Teens eXploring Technology
History, Made! A Recap of South Los Angeles Demo Day 2014

History, Made! A Recap of South Los Angeles Demo Day 2014

On Saturday, August 2nd 2014, ten teams formed by South Los Angeles teens stood before a packed event hall filled with family and friends, tech enthusiasts and political leaders and shared with them the incredible products each team built over the course of 15 weeks. On this day, history would be and as the first teen tech startup from South Los Angeles would receive seed funding. The South LA teens had an impressive and varied array of products, but all ten teams shared a singular focus: to engage in a live pitch competition and prove that their product and company was the best, thereby becoming the winner of South Los Angeles Demo Day 2014. (See the recorded live stream of South Los Angeles Demo Day 2014, here: https://www.youtube.com/watch?v=8z1aomZRkkI )

After a greeting and opening by Teens eXploring Technology founder, Oscar Menjivar, Jesus Vargas, a Teens eXploring Technology alumnus, two-time Demo Day winner and a rising freshman at Syracuse University, introduced himself as Master of Ceremony, and provided those in attendance with his personal insights and experience and appreciation for the profound impact TxT has had on him.

Also as part of Demo Day, Councilman of the 9th district, Curren Price spoke on the need for students like those in TxT to change the community paradigm and the external perception of South Los Angeles through their pioneering and entrepreneurial efforts.  State Superintendent of Public Instruction, Tom Torlakson, visited from the California State Capitol in Sacramento, and spoke to the crowd on the merits and successes that Teens eXploring Technology has achieved since the program’s incipiency; the positive regional economic impact that bridging the technological access divide will have, and spoke on his personal desire to lead a statewide effort in maximizing the use of technology and textbook compatible “blended learning” methods, to ensure that 21st century technology skills are meshed with a traditional academic curriculum.

Determining which teams would enjoy 1st, 2nd and 3rd place was a judging panel consisting of Kevin Hossman, Director of User Experience at Rosetta; Sam Brotherton, Software Engineer at Google; Brian Stuart, an Angel Investor; Kevin Winston, CEO of Digital LA; and Una Fox, Vice President of Enterprise Data Management at The Walt Disney Company.

The TxT’ers stood firm and poised as they presented the products that they have been working on for the past 15 weeks and fielded in-depth questions posed by the judging panel. Ultimately, the judges determined that Groupiee - a phone app which does away with the inconvenience and inefficiency of group photos by having all participants in the photo look at one camera, and then shares the photo with all participants – would win 3rd place; Missing Object Miracle (M.O.M.) – a bluetooth driven, Arduino styled hardware (first in TxT history) device that notifies users when they are leaving their home/office/car without an essential item - would win 2nd place; and determined that the 1st place and grand prize winner was Bond – an online platform and application which allows teens to post, review and rank local locations to go on fun and safe dates and meetups with friends, while keeping parents at ease.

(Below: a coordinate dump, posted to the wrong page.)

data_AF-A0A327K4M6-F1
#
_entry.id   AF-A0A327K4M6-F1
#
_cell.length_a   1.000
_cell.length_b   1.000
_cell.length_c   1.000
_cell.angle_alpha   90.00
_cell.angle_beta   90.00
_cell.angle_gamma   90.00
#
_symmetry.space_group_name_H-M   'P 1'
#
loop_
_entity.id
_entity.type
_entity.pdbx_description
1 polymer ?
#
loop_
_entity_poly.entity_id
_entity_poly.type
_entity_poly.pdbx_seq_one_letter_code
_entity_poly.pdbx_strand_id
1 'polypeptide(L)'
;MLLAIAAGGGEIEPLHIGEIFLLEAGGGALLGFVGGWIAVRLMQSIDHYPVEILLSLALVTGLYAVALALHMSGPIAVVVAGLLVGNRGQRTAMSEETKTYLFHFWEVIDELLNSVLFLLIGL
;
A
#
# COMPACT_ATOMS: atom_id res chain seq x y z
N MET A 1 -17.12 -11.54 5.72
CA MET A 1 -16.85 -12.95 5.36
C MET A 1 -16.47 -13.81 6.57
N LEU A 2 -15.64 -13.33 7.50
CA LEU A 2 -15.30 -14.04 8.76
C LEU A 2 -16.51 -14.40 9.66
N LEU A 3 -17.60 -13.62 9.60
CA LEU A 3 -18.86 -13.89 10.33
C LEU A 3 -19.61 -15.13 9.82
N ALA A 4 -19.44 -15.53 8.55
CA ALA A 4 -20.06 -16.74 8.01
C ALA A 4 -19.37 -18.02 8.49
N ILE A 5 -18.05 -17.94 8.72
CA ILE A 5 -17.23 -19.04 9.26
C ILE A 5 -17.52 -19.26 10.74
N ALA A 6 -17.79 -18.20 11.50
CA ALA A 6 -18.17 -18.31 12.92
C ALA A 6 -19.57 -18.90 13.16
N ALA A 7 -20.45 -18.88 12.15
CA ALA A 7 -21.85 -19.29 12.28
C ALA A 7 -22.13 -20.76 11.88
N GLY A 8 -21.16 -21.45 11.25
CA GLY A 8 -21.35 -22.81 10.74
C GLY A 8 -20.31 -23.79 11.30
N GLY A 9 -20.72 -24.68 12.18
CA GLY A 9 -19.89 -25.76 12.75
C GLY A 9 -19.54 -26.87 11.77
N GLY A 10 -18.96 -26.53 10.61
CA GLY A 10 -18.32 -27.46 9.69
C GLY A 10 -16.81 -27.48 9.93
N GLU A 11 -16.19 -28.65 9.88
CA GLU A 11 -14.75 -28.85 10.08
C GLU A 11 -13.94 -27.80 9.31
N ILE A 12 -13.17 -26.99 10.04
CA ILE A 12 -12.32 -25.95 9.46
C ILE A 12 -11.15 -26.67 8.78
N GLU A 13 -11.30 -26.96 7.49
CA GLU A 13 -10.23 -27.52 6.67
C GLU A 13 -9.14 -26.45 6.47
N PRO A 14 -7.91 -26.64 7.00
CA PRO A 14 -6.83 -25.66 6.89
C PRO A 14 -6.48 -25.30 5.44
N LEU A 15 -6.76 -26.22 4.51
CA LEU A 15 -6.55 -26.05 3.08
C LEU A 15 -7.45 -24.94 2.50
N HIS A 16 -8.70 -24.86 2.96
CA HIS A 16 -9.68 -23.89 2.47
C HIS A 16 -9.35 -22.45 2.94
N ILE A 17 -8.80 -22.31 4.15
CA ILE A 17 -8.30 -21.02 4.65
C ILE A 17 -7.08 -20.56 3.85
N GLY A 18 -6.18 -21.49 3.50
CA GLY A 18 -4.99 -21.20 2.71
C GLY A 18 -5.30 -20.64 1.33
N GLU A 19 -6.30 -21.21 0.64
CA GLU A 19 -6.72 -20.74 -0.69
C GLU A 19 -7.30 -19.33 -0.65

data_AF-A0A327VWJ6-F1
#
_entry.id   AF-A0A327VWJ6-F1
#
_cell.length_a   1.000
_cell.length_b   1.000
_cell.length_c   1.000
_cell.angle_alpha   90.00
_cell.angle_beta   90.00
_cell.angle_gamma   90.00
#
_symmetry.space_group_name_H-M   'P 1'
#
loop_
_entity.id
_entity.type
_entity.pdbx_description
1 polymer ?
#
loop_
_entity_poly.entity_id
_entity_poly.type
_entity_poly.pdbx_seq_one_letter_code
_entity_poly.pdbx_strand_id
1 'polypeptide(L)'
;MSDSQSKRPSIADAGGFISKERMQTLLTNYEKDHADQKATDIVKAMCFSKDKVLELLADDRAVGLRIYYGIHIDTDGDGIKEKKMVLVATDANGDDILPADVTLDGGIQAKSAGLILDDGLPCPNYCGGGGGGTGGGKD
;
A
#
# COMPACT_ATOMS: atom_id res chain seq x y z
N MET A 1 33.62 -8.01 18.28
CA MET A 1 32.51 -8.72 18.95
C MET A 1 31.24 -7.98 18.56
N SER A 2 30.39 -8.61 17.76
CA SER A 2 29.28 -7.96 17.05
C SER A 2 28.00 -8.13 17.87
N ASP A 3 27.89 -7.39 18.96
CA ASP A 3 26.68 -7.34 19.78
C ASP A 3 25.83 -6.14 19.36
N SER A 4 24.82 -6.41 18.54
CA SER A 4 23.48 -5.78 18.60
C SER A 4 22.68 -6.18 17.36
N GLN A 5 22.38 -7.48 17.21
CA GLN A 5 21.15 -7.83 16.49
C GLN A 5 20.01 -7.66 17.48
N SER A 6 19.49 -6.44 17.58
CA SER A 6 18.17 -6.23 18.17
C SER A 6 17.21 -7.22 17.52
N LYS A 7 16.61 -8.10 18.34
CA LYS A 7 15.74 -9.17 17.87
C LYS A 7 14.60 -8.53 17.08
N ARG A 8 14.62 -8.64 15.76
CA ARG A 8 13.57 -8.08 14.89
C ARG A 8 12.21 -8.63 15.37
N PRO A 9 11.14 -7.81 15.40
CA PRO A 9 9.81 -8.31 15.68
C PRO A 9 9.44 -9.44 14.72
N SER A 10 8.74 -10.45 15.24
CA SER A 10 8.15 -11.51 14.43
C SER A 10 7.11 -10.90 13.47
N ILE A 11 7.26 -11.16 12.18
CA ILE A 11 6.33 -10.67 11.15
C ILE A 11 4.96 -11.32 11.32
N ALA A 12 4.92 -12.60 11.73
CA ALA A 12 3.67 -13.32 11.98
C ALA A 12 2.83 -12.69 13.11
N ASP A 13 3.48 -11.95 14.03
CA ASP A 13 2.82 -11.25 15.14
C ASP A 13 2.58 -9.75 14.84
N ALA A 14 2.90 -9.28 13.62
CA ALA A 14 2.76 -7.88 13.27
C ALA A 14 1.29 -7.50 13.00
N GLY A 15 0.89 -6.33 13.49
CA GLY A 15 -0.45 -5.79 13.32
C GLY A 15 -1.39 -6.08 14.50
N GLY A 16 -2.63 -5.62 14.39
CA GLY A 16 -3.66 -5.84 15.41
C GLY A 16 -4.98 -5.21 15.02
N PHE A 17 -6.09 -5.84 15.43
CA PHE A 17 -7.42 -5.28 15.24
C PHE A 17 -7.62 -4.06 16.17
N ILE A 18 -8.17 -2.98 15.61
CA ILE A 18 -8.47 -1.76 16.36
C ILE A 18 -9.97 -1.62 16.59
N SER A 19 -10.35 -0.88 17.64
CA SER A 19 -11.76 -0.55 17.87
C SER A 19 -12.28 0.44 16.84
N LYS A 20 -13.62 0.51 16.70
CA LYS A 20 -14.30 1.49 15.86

History was made on Saturday, August 2nd and we thank everyone – sponsors, political leaders, parents, friends, judges - who supported and made Demo Day 2014 the best yet. South LA is on the move, and is producing the next great minds in technology and entrepreneurship!
Please feel free to contact us with any questions and/or comments you may have about South Los Angeles Demo Day 2014 and the Teens eXploring Technology Program: info@urbantxt.com
See History made at South LA’s Demo Day, via the recorded live stream link from the day:
**Read the ‘Los Angeles Times’ and ‘Our Weekly Los Angeles’ articles on TxT and South Los Angeles Demo Day 2014**:

Los Angeles Times article: 
“Breaking Socioeconomic codes at computer camp” http://www.latimes.com/local/la-me-0803-teenage-tech-20140803-story.html

OurWeekly Articles:
“Urban teens set to pitch their tech companies”:http://ourweekly.com/news/2014/jul/31/urban-teens-set-pitch-their-tech-companies/

“Teen Tech Teams vie for Seed Funding”:http://ourweekly.com/news/2014/aug/14/teen-tech-teams-vie-seed-funding

Oscar looks back on his TEDx talk - inspiring teens to become leaders through technology

While at TEDx Embry Riddle I enjoyed seeing how people lit up when I told them about the amazing tech talent we have in South Los Angeles. I was happy to see that most agreed when i would say “We have talent in our backyards and we need to foster it in order to form technology leaders.” I was inspired by those who came up to me during my time at TEDx and said  ”Oscar, we need more young men of color in the technology. They will help us solve the big issues of tomorrow.” 

A main thing that stood out during my time at TEDx was that I was surrounded by great minds and many talented people. Individuals like Fabian Oefner used his lens to helped me look at life from a different lens. He takes pictures of molecules and presents it to the world in a way that inspires us to think how much beauty is around us. I recommend you look at http://fabianoefner.com/ for inspiration.


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Amir, TxT’er and techpreneur in the making, breaks down the Chromebook